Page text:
“The reason that mobile devices have become a primary target is because a well-crafted attack can be close to impossible to spot,” said Schless. “Mobile devices have smaller screens, simplified user interfaces, and people generally exercise less caution on them than they do on computers.” Meanwhile, while previously cybercriminals were relying on phishing attacks that attempted to carry out credential harvesting, in 2020, the aim shifted to malware delivery. For instance, in the fourth quarter of 2019, 83 percent of attacks aimed to launch credential harvesting while 50 percent aimed to deliver malware. However, in the first quarter of 2020, only 40 percent of attacks targeted credentials, while 78 percent aimed to deliver malware. And, in the third quarter of 2020, 27 percent targeted credentials, and 81 percent looked to load malware. Researchers believe that this shift signifies that attackers are investing in malware more for pharmaceutical companies. For one, successful delivery of spyware or surveillanceware to a device could result in longer-term success for the attacker. Furthermore, said researchers, attackers want to be able to observe everything the user is doing and look into the files their device accesses and stores. ...”
Putting a notebook into a production pipeline effectively puts all the experimental code into the production code base. Much of that code isn't relevant to the production behavior, and thus will confuse people making modifications in the future. A notebook is also a fully powered shell, which is dangerous to include inside a production system. Safe operations require reproducibility and auditability and generally eschews manual tinkering in the production environment. Even well intentioned people can make a mistake and cause unintended harm. What we need to put into production is the concluding domain logic and (sometimes) visualizations. In most cases, this isn't difficult since most notebooks aren't that complex. They only encourage linear scripting, which is usually small and easy to extract and put into a full codebase. If it's more complex, how do we even know that it works? These scripts are fine for a few lines of code but not for dozens. You’ll generally want to break that up into smaller, modular and testable pieces so that you can be sure that it actually works and, perhaps later, reuse code for other purposes without duplication. So we’ve argued that having notebooks running directly in production usually isn’t that helpful or safe. It’s also not hard to incorporate into a structured code base.
The CIO’s mandate is all systems, both customer-facing and internal. We know that more and more this involves capturing and interpreting market and customer data through artificial intelligence derived from data sensors. In turn, IT leaders supply the capabilities needed to meet Line of Business demands for agility and speed. The CMO’s mandate is to apply the derived customer intelligence, needs, and habits, and profile customers down to the individual level, to create an experience that meets the customer wherever, whenever, and on any device. Understanding the customer is therefore central to both mandates. The CIO needs to connect technology capabilities all the way from the customer interaction back to the workload related to the customer, sitting on the chosen infrastructure platform. The CMO needs an entire profile of the customer, and the CIO builds the systems in order to create the profile. In the current climate, businesses who fail to understand the importance of the digital customer experience will undoubtedly fall behind. Embracing the customer as a digital experience is essential for business competitiveness and even survival.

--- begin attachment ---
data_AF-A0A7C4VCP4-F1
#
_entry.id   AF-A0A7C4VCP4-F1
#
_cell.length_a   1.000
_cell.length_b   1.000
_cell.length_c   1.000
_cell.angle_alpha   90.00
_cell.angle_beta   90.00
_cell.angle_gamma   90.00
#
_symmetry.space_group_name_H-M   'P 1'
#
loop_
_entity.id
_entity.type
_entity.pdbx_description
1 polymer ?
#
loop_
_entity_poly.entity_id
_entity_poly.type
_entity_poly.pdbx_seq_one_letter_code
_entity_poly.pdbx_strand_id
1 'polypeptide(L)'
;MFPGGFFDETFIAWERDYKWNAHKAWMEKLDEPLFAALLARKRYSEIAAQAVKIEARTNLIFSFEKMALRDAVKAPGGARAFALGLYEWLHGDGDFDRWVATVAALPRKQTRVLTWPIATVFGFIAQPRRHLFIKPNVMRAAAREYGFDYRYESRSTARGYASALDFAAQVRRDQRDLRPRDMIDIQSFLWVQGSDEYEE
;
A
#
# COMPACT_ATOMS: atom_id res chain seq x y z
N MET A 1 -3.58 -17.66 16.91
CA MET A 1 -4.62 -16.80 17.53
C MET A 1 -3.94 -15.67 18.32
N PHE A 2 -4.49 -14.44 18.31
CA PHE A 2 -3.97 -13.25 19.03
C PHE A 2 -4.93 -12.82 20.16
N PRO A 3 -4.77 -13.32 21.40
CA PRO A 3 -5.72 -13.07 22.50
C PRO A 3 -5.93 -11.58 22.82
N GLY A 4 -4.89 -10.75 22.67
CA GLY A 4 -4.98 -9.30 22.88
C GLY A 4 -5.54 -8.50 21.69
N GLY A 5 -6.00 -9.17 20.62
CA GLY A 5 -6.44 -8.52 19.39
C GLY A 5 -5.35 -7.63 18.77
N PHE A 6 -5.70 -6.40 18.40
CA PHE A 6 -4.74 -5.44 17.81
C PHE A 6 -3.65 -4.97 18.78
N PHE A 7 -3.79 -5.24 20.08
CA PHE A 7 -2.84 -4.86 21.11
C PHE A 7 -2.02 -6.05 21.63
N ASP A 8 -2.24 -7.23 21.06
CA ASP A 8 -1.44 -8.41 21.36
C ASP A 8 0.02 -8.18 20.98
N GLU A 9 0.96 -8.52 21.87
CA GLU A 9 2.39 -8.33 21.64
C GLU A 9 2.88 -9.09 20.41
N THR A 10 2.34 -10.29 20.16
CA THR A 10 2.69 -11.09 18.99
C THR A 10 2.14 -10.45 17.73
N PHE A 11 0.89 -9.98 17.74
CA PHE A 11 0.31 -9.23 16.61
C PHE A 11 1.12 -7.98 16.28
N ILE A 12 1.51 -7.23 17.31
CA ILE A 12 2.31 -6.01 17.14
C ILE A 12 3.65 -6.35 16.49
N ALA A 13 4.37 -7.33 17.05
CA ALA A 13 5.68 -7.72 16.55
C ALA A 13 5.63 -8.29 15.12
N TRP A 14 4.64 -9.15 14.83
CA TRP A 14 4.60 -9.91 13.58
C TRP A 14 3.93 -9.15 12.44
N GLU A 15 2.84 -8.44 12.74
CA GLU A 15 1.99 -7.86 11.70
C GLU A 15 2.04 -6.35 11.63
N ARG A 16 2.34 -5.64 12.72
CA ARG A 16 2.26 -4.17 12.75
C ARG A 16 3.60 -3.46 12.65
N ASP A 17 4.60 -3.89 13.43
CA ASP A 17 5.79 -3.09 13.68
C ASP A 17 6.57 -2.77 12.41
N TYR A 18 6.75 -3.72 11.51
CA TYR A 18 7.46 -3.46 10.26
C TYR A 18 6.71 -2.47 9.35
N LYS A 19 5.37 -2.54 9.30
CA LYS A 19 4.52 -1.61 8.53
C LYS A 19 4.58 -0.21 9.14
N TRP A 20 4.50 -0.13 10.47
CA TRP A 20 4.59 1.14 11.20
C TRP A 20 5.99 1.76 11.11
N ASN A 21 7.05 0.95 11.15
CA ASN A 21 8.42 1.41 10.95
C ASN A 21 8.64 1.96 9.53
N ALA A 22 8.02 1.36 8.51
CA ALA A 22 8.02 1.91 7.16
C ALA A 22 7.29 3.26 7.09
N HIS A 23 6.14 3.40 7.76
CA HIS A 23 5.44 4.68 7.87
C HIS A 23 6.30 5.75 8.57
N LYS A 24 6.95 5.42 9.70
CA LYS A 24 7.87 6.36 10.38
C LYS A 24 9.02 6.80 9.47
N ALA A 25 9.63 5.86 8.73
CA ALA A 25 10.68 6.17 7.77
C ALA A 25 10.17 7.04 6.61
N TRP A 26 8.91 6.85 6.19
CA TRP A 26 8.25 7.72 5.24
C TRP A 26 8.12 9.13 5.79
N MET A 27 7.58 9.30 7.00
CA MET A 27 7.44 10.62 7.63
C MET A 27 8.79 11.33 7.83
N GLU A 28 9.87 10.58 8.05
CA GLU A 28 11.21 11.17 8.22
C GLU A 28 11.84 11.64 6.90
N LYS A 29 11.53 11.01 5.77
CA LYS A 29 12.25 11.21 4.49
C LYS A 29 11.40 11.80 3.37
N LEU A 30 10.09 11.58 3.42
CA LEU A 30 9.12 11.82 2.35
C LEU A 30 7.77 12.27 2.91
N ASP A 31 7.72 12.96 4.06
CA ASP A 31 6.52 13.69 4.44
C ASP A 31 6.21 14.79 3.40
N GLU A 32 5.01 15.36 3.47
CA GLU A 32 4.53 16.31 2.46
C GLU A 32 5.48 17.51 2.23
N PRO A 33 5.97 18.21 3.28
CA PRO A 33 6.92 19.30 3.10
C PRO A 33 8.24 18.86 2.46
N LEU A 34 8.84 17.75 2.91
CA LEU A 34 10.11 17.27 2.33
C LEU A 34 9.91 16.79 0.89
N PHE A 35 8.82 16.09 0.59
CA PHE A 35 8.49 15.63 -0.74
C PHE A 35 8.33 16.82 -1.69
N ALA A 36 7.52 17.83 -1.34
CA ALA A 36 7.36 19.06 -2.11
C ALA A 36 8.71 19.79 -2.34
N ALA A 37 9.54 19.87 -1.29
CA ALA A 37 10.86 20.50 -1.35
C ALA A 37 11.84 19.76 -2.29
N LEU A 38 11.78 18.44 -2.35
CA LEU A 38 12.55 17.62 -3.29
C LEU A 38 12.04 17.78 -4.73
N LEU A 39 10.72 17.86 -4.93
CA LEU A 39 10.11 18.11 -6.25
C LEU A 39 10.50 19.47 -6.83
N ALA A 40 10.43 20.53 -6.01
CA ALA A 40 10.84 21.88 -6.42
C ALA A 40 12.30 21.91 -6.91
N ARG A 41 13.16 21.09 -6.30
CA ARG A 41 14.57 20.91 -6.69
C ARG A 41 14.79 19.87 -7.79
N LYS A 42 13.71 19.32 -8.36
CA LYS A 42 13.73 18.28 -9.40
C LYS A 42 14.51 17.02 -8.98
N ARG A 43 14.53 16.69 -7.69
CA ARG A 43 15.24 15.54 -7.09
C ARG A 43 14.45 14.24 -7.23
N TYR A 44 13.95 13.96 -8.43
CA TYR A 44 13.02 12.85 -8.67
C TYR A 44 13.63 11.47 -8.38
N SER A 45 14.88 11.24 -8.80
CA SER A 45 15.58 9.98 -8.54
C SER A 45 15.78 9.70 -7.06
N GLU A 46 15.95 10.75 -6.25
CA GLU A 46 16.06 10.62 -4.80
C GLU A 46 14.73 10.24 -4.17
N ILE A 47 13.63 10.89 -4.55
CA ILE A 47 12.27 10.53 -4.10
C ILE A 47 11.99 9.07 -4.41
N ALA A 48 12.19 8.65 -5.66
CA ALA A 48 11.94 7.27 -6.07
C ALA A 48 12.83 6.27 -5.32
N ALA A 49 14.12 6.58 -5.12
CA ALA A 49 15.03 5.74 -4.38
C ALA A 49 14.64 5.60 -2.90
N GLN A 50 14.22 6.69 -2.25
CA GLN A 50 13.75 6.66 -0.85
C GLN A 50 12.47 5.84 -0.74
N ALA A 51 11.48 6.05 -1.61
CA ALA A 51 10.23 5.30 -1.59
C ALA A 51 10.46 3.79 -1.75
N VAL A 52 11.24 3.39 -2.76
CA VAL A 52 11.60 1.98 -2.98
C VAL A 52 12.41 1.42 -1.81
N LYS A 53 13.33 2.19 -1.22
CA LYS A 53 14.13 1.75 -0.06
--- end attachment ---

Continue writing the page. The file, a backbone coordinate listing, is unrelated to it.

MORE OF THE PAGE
Technically this new release should be .NET Core 4, but Microsoft is skipping a version number to avoid confusion with the current release of the .NET Framework. At the same time, moving to a higher version number and dropping Core from the name indicates that this is the next step for all .NET development. Two projects still retain the Core name: ASP.NET Core 5.0 and Entity Framework Core 5, since legacy projects with the same version numbers still exist. It’s an important milestone, marking the point where you need to consider starting all new projects in .NET 5 and moving any existing code from the .NET Framework. Although Microsoft isn’t removing support from the .NET Framework, it’s in maintenance mode and won’t get any new features in future point releases. All new APIs and community development will be in .NET 5 (and 2021’s long-term support .NET 6). Some familiar technologies such as Web Forms and the Windows Communication Foundation are being deprecated in .NET 5. If you’re still using them, it’s best to remain on .NET Framework 4 for now and plan a migration to newer, supported technologies, such as ASP.NET’s Razor Pages or gRPC. There are plans for community support for alternative frameworks that will offer similar APIs
Consumers want consistent engagement with brands across their preferred channels. Seventy-three percent of shoppers use more than one channel during their shopping journey. Per Deloitte, seventy-five percent of consumers expect consistent interactions across all departments of a company. Eighty-six percent of consumers say they want the ability to move between channels when talking to a brand. Ninty-two percent of customers are satisfied using live chat services -- making it the support channel that leads to the highest customer satisfaction. And 78% of consumers use mobile devices to connect with brands for customer service -- the number jumps to 90% of Millennials. Organizations need to invest in new digital methods of customer service. ... Research shows that Lines of business (LoBs) are participating in digital transformation with 68% of LoB users believe IT and LoBs should jointly drive digital transformation. In addition, 51% of LoB users are frustrated at the speed their organizations' IT department can deliver digital projects. Outside of IT, the top three business roles with integration needs include business analysts, data scientists, and customer support.